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So a few friends and I were trout fishing on Slippery Rock creek yesterday. We did pretty well, we caught a nice mix of Rainbows and Brown, they were all stockies, but I did hook a nice little smallmouth which put up one heck of a fight on a light spinning rod. Anyways, on to the point... My friend was fishing a spinner, and thought that he had snagged a piece of wood. As he dragged what appeared to be a rather large piece of rotten water logged wood to the shore, we could see that it was a Hellbender Salamander! I don't know if any of you guys have seen one before, but this (non-fish-story estimate) guy was 18"-24" long with a mouth that looked like it could swallow a baseball with ease! Once we realized what it was, we grabbed some gloves (hey, we don't know if they bite or what), and tried to pull it up onto the bank for a picture. It was really heavy, and ended up pulling off the hook before we could get it up there. I've never seen anything like that before...
 

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With what some would consider ugly looks and a name like 'Hellbender," its easy to imagine that these creatures are pretty misunderstood. Hellbenders are not venomous, though their skin secretions are somewhat toxic (I don't recommend touching your eyes after handling one). They will bite, but only if they are really provoked. A common myth is that hellbenders will 'ruin' good fishing streams by eating all the fish. This couldn't be farther from the truth! In fact, if you see hellbenders in a stream, this is an excellent indication that the water quality is still good -- and this is good for both hellbenders and game fish. The hellbender's voracious appetite for crayfish also means that they are very important for keeping a stream's food chain balanced, and this is good for fish and the entire ecosystem.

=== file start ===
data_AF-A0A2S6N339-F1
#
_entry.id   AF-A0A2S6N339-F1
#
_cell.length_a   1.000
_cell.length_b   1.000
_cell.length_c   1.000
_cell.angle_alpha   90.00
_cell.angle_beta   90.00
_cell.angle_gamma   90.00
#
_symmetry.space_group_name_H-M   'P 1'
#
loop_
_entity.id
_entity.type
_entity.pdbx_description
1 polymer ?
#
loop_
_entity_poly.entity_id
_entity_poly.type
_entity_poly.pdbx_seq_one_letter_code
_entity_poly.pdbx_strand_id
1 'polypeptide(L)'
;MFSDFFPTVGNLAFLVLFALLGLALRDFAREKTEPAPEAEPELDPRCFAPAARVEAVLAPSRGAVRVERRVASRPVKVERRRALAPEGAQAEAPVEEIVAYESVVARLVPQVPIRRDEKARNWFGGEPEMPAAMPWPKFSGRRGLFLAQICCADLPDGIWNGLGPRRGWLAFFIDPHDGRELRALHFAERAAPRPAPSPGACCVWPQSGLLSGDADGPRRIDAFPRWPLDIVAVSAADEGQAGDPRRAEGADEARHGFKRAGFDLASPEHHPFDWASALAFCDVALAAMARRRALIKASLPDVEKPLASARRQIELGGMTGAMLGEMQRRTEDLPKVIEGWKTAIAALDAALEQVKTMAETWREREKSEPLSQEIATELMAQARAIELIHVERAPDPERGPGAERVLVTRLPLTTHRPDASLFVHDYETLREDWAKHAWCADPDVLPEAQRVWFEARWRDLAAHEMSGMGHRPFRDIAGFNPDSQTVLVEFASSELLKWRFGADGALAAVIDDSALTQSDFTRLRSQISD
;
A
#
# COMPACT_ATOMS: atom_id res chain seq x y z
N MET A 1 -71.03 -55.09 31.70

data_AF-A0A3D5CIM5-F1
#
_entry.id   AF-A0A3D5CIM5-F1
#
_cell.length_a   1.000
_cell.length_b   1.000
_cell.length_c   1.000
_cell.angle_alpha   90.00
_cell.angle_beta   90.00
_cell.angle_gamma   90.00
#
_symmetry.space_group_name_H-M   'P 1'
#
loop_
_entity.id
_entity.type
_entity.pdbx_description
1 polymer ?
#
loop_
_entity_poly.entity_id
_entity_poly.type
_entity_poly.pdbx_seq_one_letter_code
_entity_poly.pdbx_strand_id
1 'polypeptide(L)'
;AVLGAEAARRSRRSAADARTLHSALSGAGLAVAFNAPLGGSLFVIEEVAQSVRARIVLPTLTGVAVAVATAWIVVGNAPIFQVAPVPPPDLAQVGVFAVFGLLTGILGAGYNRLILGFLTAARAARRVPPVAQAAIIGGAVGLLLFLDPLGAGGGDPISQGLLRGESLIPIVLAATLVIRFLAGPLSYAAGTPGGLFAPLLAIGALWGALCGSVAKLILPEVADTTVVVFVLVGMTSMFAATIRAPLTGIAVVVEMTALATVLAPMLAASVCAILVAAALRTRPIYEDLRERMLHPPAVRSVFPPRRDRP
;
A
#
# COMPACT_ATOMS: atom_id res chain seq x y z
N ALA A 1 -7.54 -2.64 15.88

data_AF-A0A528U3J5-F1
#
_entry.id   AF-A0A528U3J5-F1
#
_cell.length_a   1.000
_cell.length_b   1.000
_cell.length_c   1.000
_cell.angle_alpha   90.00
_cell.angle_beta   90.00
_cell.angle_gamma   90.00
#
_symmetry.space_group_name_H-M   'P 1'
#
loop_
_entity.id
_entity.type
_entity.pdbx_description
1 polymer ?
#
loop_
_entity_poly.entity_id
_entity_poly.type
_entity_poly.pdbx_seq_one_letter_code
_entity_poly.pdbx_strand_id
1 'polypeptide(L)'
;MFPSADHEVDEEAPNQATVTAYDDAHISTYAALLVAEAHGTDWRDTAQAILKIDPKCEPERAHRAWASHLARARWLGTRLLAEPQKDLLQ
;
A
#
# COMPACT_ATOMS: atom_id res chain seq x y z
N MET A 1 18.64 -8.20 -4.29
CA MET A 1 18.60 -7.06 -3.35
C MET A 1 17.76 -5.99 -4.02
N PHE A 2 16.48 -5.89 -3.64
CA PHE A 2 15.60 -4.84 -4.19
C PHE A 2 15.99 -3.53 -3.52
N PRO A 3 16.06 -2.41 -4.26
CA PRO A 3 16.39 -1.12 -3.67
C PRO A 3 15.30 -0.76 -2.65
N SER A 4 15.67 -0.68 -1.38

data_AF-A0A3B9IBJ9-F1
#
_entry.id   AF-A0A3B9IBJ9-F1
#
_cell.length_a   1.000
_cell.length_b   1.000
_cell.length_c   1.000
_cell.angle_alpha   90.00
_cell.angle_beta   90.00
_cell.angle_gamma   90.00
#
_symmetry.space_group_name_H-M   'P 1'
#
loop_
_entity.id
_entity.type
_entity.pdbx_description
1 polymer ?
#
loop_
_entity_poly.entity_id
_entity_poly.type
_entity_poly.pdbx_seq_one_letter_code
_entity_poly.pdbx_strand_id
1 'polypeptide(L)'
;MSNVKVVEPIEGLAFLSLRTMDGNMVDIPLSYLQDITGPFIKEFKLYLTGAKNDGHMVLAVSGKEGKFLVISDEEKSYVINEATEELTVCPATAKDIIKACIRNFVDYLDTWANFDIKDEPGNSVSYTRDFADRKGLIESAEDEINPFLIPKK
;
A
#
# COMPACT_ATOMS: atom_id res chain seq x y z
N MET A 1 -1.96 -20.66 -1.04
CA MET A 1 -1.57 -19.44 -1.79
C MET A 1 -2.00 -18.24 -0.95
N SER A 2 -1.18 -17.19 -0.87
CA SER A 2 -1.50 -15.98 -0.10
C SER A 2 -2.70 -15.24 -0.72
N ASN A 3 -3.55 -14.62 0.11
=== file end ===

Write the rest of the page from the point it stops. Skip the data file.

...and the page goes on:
If you catch a hellbender while fishing, please remove the hook using pliers or a pair of gloves and release the hellbender.
 

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I saw one swimming past me one day on Kettle Creek, So I reached down and grabbed it. I realized later how dumb it probably was, since at the time I had no idea what it was. Let me tell you those things are extremely slimy, and could probably live quite some time out of the water.
 

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Sorry for seeing this thread so late but here are a few pics of a Hellbender my kids and their buddies found up in Tioga Co on Pine Creek.
It was 24-3/4" long


 

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Awesome!

They are in fact indicators of excellent water quality and the host of several mussel species that are obligate to the salamander at one phase of their life cycle.
 

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We are happy that the water quality is so good to support the hellbenders. The amount of aquatic life is amazing. I just hope all the drilling in the area has no effect on the river.
 
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